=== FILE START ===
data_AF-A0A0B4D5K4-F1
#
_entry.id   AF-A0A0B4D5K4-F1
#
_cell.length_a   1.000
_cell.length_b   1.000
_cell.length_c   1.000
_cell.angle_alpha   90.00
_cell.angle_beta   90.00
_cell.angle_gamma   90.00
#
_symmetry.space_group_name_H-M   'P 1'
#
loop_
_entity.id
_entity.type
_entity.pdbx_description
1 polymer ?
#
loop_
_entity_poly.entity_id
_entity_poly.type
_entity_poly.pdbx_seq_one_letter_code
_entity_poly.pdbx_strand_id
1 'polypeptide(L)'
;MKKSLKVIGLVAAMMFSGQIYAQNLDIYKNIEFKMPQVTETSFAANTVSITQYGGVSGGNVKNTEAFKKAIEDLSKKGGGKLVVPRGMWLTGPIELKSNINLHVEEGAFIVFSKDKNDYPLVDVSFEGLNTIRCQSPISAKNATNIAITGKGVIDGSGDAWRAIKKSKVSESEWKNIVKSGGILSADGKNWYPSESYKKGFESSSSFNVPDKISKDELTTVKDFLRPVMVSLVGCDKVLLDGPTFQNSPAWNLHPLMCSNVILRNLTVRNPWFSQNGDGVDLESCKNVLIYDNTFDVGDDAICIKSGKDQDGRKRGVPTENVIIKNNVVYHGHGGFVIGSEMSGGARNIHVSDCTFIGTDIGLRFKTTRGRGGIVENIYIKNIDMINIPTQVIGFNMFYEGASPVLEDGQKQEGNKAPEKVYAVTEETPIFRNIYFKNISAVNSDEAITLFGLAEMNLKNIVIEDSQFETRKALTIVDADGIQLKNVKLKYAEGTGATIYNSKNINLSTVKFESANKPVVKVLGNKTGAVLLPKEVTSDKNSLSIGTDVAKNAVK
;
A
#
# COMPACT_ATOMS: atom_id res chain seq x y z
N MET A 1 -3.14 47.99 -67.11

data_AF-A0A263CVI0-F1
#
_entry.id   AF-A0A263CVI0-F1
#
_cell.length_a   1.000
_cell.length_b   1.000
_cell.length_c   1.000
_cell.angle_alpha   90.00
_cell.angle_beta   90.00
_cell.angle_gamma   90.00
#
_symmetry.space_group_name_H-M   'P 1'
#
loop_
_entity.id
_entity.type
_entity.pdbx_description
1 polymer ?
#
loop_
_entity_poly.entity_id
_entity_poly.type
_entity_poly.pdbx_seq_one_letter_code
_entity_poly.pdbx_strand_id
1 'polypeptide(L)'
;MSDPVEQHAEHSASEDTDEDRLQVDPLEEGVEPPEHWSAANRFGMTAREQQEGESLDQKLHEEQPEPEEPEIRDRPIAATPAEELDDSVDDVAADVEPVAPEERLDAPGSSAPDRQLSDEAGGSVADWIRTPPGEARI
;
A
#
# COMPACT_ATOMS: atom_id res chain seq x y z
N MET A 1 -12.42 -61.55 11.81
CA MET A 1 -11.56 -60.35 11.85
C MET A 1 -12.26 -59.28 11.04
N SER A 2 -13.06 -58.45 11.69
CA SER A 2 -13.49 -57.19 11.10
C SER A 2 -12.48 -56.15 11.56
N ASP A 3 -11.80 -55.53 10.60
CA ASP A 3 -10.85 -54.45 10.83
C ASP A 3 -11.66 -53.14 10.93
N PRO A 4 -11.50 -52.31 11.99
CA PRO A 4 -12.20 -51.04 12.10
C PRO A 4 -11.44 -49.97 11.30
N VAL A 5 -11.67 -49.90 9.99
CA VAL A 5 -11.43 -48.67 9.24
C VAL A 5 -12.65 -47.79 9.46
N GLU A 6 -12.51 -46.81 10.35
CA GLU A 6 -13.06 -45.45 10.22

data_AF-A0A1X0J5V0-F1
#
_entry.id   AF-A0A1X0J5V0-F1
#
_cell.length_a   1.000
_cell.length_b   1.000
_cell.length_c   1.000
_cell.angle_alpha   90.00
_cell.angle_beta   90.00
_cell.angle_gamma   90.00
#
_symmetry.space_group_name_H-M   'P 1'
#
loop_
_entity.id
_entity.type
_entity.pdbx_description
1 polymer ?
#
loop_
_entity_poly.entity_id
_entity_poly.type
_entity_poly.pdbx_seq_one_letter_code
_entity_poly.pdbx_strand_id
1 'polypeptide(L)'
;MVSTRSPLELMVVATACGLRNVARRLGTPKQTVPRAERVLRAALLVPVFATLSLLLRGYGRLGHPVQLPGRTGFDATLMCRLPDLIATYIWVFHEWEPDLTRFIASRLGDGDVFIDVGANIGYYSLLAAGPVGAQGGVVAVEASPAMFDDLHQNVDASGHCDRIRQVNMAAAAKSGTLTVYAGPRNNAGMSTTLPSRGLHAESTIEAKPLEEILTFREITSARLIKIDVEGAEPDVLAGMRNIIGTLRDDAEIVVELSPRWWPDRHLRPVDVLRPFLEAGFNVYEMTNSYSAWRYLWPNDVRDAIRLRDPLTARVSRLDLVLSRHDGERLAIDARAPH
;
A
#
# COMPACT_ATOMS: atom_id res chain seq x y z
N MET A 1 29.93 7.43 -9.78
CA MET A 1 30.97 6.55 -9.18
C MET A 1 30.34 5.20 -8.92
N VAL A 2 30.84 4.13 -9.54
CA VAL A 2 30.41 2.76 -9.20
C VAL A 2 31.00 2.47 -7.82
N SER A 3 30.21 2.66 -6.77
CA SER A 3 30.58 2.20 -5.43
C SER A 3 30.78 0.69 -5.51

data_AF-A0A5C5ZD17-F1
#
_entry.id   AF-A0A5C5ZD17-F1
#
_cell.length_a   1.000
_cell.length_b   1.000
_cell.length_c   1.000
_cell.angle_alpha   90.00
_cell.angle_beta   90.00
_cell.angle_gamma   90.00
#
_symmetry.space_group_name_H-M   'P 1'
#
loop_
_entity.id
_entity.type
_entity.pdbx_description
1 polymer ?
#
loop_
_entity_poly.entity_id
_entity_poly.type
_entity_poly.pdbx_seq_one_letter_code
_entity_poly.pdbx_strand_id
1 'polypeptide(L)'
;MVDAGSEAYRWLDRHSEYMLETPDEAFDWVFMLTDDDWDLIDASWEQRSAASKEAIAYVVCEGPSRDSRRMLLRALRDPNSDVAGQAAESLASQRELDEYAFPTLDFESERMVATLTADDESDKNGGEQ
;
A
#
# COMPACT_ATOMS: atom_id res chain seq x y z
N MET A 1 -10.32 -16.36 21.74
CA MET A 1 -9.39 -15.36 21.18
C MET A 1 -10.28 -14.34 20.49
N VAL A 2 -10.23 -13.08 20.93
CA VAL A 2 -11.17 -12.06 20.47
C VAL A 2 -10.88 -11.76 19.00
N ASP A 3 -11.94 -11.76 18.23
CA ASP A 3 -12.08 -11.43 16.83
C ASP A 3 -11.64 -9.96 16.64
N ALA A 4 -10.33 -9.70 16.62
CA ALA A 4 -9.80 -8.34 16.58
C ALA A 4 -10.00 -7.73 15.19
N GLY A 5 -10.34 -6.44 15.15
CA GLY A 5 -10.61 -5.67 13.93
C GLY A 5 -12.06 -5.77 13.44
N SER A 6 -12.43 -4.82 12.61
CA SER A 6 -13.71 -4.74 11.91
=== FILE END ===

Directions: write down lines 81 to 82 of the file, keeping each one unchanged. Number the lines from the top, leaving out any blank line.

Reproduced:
_entry.id   AF-A0A1X0J5V0-F1
#